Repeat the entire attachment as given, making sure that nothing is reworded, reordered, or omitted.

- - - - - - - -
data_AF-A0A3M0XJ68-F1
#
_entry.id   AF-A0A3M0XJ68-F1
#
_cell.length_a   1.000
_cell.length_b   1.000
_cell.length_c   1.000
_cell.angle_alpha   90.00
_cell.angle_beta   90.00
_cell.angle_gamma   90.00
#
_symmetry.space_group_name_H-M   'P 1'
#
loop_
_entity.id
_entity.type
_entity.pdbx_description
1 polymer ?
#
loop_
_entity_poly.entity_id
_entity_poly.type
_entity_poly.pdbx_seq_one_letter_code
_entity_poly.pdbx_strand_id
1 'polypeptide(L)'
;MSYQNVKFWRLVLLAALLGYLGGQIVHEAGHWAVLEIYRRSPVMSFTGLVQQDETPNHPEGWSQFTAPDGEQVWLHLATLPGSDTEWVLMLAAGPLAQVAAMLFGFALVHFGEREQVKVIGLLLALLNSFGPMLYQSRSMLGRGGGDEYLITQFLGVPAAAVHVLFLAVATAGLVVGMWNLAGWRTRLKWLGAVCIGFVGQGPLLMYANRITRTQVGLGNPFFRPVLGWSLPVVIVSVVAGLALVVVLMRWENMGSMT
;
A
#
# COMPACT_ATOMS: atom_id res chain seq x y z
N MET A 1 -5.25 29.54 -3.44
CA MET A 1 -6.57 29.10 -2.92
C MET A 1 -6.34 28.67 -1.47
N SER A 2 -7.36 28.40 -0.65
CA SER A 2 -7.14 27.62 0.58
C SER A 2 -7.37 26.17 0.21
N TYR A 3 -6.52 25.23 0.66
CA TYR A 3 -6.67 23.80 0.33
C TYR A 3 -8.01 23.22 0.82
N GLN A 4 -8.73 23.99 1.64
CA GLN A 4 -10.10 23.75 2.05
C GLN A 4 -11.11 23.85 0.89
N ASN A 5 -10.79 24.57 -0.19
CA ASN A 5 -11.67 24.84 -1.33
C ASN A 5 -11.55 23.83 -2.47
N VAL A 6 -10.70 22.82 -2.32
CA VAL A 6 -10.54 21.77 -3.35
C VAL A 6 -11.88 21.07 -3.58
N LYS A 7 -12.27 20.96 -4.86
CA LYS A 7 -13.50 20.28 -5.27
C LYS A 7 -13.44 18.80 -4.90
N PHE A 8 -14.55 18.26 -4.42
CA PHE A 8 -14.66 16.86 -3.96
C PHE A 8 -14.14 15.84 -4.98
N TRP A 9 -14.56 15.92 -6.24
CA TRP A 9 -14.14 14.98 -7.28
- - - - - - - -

data_AF-A0A3M0XJ68-F1
#
_entry.id   AF-A0A3M0XJ68-F1
#
_cell.length_a   1.000
_cell.length_b   1.000
_cell.length_c   1.000
_cell.angle_alpha   90.00
_cell.angle_beta   90.00
_cell.angle_gamma   90.00
#
_symmetry.space_group_name_H-M   'P 1'
#
loop_
_entity.id
_entity.type
_entity.pdbx_description
1 polymer ?
#
loop_
_entity_poly.entity_id
_entity_poly.type
_entity_poly.pdbx_seq_one_letter_code
_entity_poly.pdbx_strand_id
1 'polypeptide(L)'
;MSYQNVKFWRLVLLAALLGYLGGQIVHEAGHWAVLEIYRRSPVMSFTGLVQQDETPNHPEGWSQFTAPDGEQVWLHLATLPGSDTEWVLMLAAGPLAQVAAMLFGFALVHFGEREQVKVIGLLLALLNSFGPMLYQSRSMLGRGGGDEYLITQFLGVPAAAVHVLFLAVATAGLVVGMWNLAGWRTRLKWLGAVCIGFVGQGPLLMYANRITRTQVGLGNPFFRPVLGWSLPVVIVSVVAGLALVVVLMRWENMGSMT
;
A
#
# COMPACT_ATOMS: atom_id res chain seq x y z
N MET A 1 -5.25 29.54 -3.44
CA MET A 1 -6.57 29.10 -2.92
C MET A 1 -6.34 28.67 -1.47
N SER A 2 -7.36 28.40 -0.65
CA SER A 2 -7.14 27.62 0.58
C SER A 2 -7.37 26.17 0.21
N TYR A 3 -6.52 25.23 0.66
CA TYR A 3 -6.67 23.80 0.33
C TYR A 3 -8.01 23.22 0.82
N GLN A 4 -8.73 23.99 1.64
CA GLN A 4 -10.10 23.75 2.05
C GLN A 4 -11.11 23.85 0.89
N ASN A 5 -10.79 24.57 -0.19
CA ASN A 5 -11.67 24.84 -1.33
C ASN A 5 -11.55 23.83 -2.47
N VAL A 6 -10.70 22.82 -2.32
CA VAL A 6 -10.54 21.77 -3.35
C VAL A 6 -11.88 21.07 -3.58
N LYS A 7 -12.27 20.96 -4.86
CA LYS A 7 -13.50 20.28 -5.27
C LYS A 7 -13.44 18.80 -4.90
N PHE A 8 -14.55 18.26 -4.42
CA PHE A 8 -14.66 16.86 -3.96
C PHE A 8 -14.14 15.84 -4.98
N TRP A 9 -14.56 15.92 -6.24
CA TRP A 9 -14.14 14.98 -7.28